The competition requirements were to design a museum for the archaeological evidences found at the Bastion-Saint Antoine and to organize the public space around the museum.
The new public space is related with two main public axes: it lays on the first one, which is connecting the XIXth century city to the Old City through the Art&History Museum and the Bourg-de-Four square, and it is crossed by the second one which, from the Plainpalais, through Saint-Antoine Promenade and Lycée Calvin, leads to Rive and the lake.
The public space is organized to face different users and uses.
A tree-lined promenade underlining the strip along Emile-Jaques-Dalcroze boulevard and dialoguing with Saint-Antoine Promenade and the Observatoire park; a lowered polyfunctional square, getting closer to the archaeological evidences and being a natural stage for the steps leading to the lowned Belvedere, where it is possible to pic-nic with a view towards the lake; the entrance to the underground Museum, closing the square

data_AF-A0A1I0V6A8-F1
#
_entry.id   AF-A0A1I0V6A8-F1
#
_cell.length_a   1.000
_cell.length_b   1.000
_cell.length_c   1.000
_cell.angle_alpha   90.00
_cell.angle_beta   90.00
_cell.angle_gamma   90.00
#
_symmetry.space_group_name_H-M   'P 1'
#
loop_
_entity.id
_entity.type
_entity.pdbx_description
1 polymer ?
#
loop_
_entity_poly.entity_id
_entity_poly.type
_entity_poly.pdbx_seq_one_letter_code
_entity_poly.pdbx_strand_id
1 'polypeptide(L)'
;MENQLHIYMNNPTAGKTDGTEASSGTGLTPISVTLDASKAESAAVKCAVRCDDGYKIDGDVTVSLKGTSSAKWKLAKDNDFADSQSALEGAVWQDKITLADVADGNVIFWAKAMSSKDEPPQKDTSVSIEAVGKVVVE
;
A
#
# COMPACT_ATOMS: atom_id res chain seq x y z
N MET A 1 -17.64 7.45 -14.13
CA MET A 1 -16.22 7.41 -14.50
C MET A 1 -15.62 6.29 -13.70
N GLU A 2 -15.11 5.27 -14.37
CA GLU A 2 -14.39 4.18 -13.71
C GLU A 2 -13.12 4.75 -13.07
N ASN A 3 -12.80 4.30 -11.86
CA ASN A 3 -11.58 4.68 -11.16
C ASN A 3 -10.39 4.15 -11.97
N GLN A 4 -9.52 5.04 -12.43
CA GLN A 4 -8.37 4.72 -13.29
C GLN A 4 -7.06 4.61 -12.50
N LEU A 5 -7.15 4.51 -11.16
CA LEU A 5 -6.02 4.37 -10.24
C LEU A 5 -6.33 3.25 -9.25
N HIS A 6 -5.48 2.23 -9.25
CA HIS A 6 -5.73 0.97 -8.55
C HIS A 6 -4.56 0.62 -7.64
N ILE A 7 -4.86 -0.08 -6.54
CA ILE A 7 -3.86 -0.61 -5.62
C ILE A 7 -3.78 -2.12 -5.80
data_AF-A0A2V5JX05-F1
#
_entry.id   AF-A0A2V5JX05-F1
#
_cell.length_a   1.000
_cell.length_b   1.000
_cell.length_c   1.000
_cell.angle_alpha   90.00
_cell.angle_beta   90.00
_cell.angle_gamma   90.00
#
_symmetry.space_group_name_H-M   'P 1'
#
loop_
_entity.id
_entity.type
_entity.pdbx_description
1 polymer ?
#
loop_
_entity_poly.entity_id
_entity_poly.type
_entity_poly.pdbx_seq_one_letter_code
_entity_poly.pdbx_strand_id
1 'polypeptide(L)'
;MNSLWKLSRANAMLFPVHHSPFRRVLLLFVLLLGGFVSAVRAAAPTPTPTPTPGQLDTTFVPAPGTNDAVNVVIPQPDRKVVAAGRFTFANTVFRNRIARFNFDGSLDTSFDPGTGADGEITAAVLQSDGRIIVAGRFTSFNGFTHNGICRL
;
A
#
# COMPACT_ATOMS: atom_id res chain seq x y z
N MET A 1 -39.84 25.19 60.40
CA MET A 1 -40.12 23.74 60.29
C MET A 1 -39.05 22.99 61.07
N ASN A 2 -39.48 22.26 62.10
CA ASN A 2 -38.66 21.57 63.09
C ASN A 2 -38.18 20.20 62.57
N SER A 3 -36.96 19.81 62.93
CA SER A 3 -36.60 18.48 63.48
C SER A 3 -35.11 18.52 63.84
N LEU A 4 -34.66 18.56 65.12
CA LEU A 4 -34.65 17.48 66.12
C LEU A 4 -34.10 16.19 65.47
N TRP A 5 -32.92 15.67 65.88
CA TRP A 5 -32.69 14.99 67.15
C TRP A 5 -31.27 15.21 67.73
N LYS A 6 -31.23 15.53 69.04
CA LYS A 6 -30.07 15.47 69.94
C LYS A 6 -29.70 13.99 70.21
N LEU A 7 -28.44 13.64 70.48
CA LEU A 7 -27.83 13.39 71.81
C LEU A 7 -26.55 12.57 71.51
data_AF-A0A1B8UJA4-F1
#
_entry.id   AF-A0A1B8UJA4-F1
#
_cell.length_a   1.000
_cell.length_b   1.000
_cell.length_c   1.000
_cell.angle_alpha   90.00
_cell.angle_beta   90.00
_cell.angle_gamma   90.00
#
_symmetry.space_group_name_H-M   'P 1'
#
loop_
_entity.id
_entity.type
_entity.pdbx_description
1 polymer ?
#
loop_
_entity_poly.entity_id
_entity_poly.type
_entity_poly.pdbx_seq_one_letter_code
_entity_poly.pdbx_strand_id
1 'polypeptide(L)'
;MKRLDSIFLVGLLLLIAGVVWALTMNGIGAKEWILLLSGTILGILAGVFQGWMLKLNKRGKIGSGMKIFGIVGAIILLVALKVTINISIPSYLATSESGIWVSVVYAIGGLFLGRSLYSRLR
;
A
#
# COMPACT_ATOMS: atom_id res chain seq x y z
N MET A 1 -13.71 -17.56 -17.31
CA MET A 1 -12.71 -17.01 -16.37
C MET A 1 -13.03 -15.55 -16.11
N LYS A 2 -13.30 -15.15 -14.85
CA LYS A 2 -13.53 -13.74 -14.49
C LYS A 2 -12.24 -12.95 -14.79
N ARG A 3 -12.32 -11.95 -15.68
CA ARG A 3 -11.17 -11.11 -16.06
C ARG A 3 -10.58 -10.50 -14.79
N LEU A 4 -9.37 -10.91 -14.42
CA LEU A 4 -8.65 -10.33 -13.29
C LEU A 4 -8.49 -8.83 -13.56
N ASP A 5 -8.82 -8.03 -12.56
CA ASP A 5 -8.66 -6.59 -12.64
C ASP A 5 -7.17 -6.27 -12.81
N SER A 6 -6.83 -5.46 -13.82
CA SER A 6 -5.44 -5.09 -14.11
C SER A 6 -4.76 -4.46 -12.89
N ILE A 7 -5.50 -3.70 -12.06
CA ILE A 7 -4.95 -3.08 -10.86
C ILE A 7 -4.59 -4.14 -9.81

borders, and the urban lantern, which denounce the lying of the evidences.
Public paths are connecting all these different levels with the city, creating a complex space of relations and hierarchies.
Also the interior of the museum is conceived as a public path, connecting the levels and the parts of the city through a fluid and differentiated experience.